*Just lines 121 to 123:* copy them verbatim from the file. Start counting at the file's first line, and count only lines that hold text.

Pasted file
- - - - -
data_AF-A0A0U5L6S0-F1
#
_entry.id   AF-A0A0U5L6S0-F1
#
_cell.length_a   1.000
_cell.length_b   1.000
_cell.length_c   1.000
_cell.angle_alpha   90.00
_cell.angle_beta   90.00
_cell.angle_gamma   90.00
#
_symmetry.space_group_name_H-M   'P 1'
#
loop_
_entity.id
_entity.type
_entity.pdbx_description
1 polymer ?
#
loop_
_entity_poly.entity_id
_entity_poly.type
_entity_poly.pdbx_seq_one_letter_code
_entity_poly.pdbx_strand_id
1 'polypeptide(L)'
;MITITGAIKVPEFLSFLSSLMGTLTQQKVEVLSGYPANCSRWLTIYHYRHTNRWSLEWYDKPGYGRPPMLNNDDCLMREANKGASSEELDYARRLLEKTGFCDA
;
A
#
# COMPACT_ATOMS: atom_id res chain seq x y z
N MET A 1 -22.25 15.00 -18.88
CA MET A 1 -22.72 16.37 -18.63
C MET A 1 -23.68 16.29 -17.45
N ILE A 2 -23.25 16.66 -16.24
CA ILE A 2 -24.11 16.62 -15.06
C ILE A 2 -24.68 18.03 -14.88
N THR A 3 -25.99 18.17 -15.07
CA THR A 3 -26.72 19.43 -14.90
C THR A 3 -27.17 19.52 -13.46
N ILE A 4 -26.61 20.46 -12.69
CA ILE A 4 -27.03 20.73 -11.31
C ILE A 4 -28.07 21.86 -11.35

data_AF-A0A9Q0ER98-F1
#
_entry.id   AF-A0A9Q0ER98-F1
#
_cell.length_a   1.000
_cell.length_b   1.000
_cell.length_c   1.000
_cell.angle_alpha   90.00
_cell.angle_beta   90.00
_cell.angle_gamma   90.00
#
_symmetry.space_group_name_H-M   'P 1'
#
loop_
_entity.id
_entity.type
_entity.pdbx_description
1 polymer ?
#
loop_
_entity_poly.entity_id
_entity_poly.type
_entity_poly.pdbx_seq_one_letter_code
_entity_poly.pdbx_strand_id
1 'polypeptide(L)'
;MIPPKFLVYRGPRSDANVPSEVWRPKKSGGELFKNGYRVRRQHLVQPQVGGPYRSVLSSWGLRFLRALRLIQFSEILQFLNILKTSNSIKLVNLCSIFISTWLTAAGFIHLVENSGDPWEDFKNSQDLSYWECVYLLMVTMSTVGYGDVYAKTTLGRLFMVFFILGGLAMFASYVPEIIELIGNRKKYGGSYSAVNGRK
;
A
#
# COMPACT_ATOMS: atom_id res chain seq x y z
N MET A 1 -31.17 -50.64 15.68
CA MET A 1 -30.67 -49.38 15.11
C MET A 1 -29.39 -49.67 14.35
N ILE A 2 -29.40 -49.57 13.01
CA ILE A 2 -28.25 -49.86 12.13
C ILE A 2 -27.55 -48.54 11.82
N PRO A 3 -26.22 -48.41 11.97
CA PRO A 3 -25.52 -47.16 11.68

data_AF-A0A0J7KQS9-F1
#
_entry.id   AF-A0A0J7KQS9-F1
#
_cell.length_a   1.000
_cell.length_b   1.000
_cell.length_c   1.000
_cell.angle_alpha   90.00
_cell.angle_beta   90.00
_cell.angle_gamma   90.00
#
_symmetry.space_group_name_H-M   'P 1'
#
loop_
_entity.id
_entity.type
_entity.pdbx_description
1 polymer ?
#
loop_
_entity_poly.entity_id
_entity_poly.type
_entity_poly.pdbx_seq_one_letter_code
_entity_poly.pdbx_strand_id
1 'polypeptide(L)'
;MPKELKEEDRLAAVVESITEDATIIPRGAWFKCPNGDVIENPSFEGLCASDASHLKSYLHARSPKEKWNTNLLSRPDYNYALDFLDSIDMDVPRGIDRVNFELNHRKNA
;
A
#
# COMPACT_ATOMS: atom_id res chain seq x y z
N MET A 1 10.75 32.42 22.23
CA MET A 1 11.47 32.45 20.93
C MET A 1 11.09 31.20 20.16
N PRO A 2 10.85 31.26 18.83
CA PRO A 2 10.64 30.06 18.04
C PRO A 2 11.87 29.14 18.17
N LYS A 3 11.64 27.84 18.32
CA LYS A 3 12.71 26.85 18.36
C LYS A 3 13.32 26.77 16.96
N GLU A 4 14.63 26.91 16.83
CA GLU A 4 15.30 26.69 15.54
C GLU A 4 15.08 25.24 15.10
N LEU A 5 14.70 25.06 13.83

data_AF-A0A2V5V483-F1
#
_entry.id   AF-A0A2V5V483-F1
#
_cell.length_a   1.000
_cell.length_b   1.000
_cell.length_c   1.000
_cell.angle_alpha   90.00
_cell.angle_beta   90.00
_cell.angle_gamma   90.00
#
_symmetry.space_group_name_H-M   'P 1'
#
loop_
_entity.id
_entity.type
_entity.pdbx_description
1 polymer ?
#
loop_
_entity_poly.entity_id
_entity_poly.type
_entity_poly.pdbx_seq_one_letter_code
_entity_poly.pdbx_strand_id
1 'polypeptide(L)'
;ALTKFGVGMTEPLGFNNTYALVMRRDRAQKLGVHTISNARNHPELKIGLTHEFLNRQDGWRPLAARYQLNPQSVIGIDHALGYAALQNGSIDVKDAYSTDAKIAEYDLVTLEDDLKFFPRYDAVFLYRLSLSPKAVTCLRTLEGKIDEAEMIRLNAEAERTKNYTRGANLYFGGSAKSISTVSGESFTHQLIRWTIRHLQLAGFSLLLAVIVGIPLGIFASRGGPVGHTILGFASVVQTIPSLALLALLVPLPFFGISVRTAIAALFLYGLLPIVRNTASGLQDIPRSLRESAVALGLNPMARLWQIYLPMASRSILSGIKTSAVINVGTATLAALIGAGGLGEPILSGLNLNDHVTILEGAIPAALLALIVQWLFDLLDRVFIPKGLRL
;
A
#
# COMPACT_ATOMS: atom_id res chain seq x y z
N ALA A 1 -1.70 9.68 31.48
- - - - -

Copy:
CA GLU A 4 15.30 26.69 15.54
C GLU A 4 15.08 25.24 15.10
N LEU A 5 14.70 25.06 13.83